and you’re banishèd.
Exile makes sense. So, dear non-violent, cash-strapped governments: keep up, wouldja?
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- Yes, the “spectrum.” That same, ultimately socialist spectrum that props up TBTF banks, car companies, fast food companies, “green” energy companies, and military equipment suppliers. Basically, 90% of the whole US economy is dependent on the top-down federal dole. [↩]
- See the War on Drugs, the War on Terror, and the soon-to-be-announced War on Bitcoin. [↩]
- This data, while certainly self-reported and therefore deserving of some measure of skepticism, is at least related to something that can at least in theory be measured. Unlike, y’know, inflation. Or GDP. [↩]
- For the love of all that is holy, don’t plea bargain with the USG. It ain’t worth 2 years of your life, not even if you’re Charlie Shrem. Not when the prosecutor is a muppet and a fraud, which he almost certainly is. Not when the fiat legal system as a construct is more borked than the girl trying to use a Brasilian bikini as a burka. [↩]
- Kickbacks, campign financing, and the PR benefits of being Tough on Something. [↩]
- One of the largest publicly traded prison corporations, with a market cap of $4.4 bn, is Corrections Corporation of America. On Yahoo! Finance, note the lulzy ticker symbol “People viewing CXW also viewed” in the bottom-left corner:
That, and the fact that 174 Facebookers clicked “like” to let their “friends” know that they’re at least following CXW sorta says it all. [↩]
- The national average for time spent on death row is nine years and the legal fees associated with the nearly endless appeals is enormous. All told, life without parole, for all of its costs, can end up being less expensive for taxpayers. [↩]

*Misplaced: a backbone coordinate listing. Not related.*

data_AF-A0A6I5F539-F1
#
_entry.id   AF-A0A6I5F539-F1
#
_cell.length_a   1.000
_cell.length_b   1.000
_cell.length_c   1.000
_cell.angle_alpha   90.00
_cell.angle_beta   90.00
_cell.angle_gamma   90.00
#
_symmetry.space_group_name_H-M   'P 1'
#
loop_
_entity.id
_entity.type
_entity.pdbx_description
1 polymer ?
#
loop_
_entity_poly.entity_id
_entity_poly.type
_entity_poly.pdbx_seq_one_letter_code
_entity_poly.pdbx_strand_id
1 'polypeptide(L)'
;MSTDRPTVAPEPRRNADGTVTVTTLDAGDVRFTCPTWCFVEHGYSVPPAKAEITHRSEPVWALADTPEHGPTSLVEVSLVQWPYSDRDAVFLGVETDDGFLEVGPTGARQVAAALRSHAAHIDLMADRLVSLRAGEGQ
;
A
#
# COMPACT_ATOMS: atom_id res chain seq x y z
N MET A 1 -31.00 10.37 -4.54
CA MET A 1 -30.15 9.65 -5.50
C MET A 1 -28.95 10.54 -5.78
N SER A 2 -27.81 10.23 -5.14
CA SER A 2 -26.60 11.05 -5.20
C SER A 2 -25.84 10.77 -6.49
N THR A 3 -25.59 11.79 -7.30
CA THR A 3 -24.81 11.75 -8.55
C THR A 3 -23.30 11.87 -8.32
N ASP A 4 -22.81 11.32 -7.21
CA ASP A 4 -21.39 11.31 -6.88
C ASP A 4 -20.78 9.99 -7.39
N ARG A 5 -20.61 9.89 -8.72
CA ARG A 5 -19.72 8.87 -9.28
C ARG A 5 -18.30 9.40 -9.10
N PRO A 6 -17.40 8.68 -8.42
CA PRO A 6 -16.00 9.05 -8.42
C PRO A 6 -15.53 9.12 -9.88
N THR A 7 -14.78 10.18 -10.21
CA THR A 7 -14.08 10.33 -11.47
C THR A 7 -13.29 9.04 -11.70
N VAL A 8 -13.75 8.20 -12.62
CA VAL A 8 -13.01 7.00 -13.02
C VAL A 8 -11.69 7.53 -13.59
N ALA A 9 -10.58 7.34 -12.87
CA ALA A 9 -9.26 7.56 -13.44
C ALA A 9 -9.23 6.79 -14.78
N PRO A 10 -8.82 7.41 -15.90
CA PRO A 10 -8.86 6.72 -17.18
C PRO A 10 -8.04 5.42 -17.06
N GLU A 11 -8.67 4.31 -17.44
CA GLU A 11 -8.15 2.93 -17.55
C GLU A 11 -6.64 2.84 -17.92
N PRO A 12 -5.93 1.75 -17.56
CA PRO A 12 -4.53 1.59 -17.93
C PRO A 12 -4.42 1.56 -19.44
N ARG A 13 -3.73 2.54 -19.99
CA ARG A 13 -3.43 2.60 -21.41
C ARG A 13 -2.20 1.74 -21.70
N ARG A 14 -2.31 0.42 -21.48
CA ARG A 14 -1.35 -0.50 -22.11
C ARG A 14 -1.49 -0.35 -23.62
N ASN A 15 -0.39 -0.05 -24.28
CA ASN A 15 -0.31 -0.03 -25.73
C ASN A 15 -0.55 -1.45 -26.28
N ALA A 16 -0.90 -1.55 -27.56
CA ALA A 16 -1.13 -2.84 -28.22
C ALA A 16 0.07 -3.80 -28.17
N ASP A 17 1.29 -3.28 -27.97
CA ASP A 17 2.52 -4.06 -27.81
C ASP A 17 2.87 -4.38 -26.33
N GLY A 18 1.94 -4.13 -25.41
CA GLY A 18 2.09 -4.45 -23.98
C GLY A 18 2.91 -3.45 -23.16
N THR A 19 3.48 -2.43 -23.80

- True, if anything is keeping US inflation figures in check, it’s prison labour.
Given that inmates are paid $0.25 – $2.00 per hour – in addition to free room, board, library access, laundry service, and gym use, netting them $200 – 300 per month to send home to their families – there are undoubtedly prison labourers who’ve never done more to support their families or their local economies. If anything is keeping US-manufactured goods globally competitive, it’s prison labour. [↩]
- The author, romancer, and gambler was exiled from Venice, Warsaw, and France for everything from duels to affairs. Dude was a pimp. [↩]
- In much the same way that the British colonial empire withered from a lack of competent men and not some moral “improvement,” don’t you find the the decline of the American empire, coincident as it was with their “curing” of hierarchy, a bit telling? Aren’t the stories villanising bankers and Russia just a bit rich?
After Bitcoin has had its way with the US’ rancid corpse, what remains would do well to remember the principles of independence prized by the land’s early settlers. As I’m sure it will. All in good time. [↩]
- I’d even argue that trying to rehabilitate someone over age 30 is a lost cause. Juvenile offenders definitely have the best chance of changing their life course but much beyond that and too much damage has been done for a prison system that can’t use violence to impart meaningful change. So… exile. [↩]